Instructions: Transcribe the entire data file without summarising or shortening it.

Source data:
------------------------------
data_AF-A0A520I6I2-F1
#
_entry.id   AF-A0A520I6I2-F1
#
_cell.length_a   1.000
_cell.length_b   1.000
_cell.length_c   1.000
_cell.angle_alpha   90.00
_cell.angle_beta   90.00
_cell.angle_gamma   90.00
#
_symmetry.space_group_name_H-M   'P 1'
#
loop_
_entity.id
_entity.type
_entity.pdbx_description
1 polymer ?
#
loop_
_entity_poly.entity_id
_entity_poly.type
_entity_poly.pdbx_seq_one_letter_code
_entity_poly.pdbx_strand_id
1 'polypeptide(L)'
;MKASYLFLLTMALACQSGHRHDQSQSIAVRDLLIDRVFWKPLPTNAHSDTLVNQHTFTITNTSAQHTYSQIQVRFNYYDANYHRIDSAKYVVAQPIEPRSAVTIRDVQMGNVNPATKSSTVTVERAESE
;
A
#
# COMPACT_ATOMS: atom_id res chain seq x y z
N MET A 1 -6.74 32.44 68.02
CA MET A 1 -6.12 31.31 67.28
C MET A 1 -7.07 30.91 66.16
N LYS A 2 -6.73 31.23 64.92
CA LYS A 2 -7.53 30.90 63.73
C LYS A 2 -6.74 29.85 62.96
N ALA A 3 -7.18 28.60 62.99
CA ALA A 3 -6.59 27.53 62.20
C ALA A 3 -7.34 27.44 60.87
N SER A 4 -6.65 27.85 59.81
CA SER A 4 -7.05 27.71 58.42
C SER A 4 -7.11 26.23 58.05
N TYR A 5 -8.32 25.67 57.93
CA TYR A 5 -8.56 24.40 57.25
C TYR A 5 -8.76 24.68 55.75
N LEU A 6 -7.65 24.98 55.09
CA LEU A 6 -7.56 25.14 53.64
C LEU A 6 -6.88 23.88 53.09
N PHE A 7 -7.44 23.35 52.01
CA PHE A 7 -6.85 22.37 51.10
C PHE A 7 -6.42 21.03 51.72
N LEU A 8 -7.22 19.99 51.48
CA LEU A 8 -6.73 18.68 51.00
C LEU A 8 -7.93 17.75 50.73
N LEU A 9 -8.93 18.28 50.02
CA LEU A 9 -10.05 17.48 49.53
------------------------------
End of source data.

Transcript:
data_AF-A0A520I6I2-F1
#
_entry.id   AF-A0A520I6I2-F1
#
_cell.length_a   1.000
_cell.length_b   1.000
_cell.length_c   1.000
_cell.angle_alpha   90.00
_cell.angle_beta   90.00
_cell.angle_gamma   90.00
#
_symmetry.space_group_name_H-M   'P 1'
#
loop_
_entity.id
_entity.type
_entity.pdbx_description
1 polymer ?
#
loop_
_entity_poly.entity_id
_entity_poly.type
_entity_poly.pdbx_seq_one_letter_code
_entity_poly.pdbx_strand_id
1 'polypeptide(L)'
;MKASYLFLLTMALACQSGHRHDQSQSIAVRDLLIDRVFWKPLPTNAHSDTLVNQHTFTITNTSAQHTYSQIQVRFNYYDANYHRIDSAKYVVAQPIEPRSAVTIRDVQMGNVNPATKSSTVTVERAESE
;
A
#
# COMPACT_ATOMS: atom_id res chain seq x y z
N MET A 1 -6.74 32.44 68.02
CA MET A 1 -6.12 31.31 67.28
C MET A 1 -7.07 30.91 66.16
N LYS A 2 -6.73 31.23 64.92
CA LYS A 2 -7.53 30.90 63.73
C LYS A 2 -6.74 29.85 62.96
N ALA A 3 -7.18 28.60 62.99
CA ALA A 3 -6.59 27.53 62.20
C ALA A 3 -7.34 27.44 60.87
N SER A 4 -6.65 27.85 59.81
CA SER A 4 -7.05 27.71 58.42
C SER A 4 -7.11 26.23 58.05
N TYR A 5 -8.32 25.67 57.93
CA TYR A 5 -8.56 24.40 57.25
C TYR A 5 -8.76 24.68 55.75
N LEU A 6 -7.65 24.98 55.09
CA LEU A 6 -7.56 25.14 53.64
C LEU A 6 -6.88 23.88 53.09
N PHE A 7 -7.44 23.35 52.01
CA PHE A 7 -6.85 22.37 51.10
C PHE A 7 -6.42 21.03 51.72
N LEU A 8 -7.22 19.99 51.48
CA LEU A 8 -6.73 18.68 51.00
C LEU A 8 -7.93 17.75 50.73
N LEU A 9 -8.93 18.28 50.02
CA LEU A 9 -10.05 17.48 49.53